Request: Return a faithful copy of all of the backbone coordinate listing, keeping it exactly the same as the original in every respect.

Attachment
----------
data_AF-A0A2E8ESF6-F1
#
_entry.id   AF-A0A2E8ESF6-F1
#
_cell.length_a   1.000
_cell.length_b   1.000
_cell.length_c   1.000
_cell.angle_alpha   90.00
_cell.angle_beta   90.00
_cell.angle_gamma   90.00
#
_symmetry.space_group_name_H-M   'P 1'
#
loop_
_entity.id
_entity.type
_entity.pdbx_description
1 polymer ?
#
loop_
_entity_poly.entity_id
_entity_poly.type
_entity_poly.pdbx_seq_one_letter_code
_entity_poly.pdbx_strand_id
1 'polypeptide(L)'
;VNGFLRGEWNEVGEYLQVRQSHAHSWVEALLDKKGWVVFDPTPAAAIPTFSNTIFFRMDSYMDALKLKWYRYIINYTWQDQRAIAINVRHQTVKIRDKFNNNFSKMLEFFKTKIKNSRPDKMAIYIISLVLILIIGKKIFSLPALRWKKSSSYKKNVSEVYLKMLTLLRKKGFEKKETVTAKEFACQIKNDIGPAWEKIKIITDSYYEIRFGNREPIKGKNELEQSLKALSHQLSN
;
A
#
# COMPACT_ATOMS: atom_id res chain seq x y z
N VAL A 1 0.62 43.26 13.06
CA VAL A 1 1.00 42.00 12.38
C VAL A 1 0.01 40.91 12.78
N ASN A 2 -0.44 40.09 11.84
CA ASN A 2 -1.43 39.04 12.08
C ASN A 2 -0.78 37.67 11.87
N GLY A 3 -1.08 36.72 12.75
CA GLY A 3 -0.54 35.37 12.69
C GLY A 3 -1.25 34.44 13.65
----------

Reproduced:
data_AF-A0A2E8ESF6-F1
#
_entry.id   AF-A0A2E8ESF6-F1
#
_cell.length_a   1.000
_cell.length_b   1.000
_cell.length_c   1.000
_cell.angle_alpha   90.00
_cell.angle_beta   90.00
_cell.angle_gamma   90.00
#
_symmetry.space_group_name_H-M   'P 1'
#
loop_
_entity.id
_entity.type
_entity.pdbx_description
1 polymer ?
#
loop_
_entity_poly.entity_id
_entity_poly.type
_entity_poly.pdbx_seq_one_letter_code
_entity_poly.pdbx_strand_id
1 'polypeptide(L)'
;VNGFLRGEWNEVGEYLQVRQSHAHSWVEALLDKKGWVVFDPTPAAAIPTFSNTIFFRMDSYMDALKLKWYRYIINYTWQDQRAIAINVRHQTVKIRDKFNNNFSKMLEFFKTKIKNSRPDKMAIYIISLVLILIIGKKIFSLPALRWKKSSSYKKNVSEVYLKMLTLLRKKGFEKKETVTAKEFACQIKNDIGPAWEKIKIITDSYYEIRFGNREPIKGKNELEQSLKALSHQLSN
;
A
#
# COMPACT_ATOMS: atom_id res chain seq x y z
N VAL A 1 0.62 43.26 13.06
CA VAL A 1 1.00 42.00 12.38
C VAL A 1 0.01 40.91 12.78
N ASN A 2 -0.44 40.09 11.84
CA ASN A 2 -1.43 39.04 12.08
C ASN A 2 -0.78 37.67 11.87
N GLY A 3 -1.08 36.72 12.75
CA GLY A 3 -0.54 35.37 12.69
C GLY A 3 -1.25 34.44 13.65